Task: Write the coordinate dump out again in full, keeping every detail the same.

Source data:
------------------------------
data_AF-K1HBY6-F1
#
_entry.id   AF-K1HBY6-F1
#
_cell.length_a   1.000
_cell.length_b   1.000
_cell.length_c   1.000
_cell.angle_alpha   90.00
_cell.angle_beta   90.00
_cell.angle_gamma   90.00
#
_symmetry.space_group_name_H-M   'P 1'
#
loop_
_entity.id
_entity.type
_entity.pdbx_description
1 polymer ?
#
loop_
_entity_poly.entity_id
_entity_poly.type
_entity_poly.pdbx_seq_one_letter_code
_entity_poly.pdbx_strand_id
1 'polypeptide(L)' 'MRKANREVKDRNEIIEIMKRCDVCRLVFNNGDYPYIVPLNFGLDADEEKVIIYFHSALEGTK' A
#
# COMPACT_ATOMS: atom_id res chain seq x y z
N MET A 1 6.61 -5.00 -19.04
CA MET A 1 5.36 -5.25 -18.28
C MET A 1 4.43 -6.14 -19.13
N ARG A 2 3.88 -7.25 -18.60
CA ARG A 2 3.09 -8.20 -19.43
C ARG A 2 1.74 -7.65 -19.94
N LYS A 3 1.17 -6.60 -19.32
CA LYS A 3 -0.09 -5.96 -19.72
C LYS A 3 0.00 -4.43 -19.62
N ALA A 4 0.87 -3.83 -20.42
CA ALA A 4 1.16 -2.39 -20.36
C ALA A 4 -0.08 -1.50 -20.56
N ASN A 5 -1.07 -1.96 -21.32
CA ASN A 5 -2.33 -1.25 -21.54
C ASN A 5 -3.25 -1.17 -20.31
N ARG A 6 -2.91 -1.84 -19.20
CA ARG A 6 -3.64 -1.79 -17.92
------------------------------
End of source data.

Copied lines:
data_AF-K1HBY6-F1
#
_entry.id   AF-K1HBY6-F1
#
_cell.length_a   1.000
_cell.length_b   1.000
_cell.length_c   1.000
_cell.angle_alpha   90.00
_cell.angle_beta   90.00
_cell.angle_gamma   90.00
#
_symmetry.space_group_name_H-M   'P 1'
#
loop_
_entity.id
_entity.type
_entity.pdbx_description
1 polymer ?
#
loop_
_entity_poly.entity_id
_entity_poly.type
_entity_poly.pdbx_seq_one_letter_code
_entity_poly.pdbx_strand_id
1 'polypeptide(L)' 'MRKANREVKDRNEIIEIMKRCDVCRLVFNNGDYPYIVPLNFGLDADEEKVIIYFHSALEGTK' A
#
# COMPACT_ATOMS: atom_id res chain seq x y z
N MET A 1 6.61 -5.00 -19.04
CA MET A 1 5.36 -5.25 -18.28
C MET A 1 4.43 -6.14 -19.13
N ARG A 2 3.88 -7.25 -18.60
CA ARG A 2 3.09 -8.20 -19.43
C ARG A 2 1.74 -7.65 -19.94
N LYS A 3 1.17 -6.60 -19.32
CA LYS A 3 -0.09 -5.96 -19.72
C LYS A 3 0.00 -4.43 -19.62
N ALA A 4 0.87 -3.83 -20.42
CA ALA A 4 1.16 -2.39 -20.36
C ALA A 4 -0.08 -1.50 -20.56
N ASN A 5 -1.07 -1.96 -21.32
CA ASN A 5 -2.33 -1.25 -21.54
C ASN A 5 -3.25 -1.17 -20.31
N ARG A 6 -2.91 -1.84 -19.20
CA ARG A 6 -3.64 -1.79 -17.92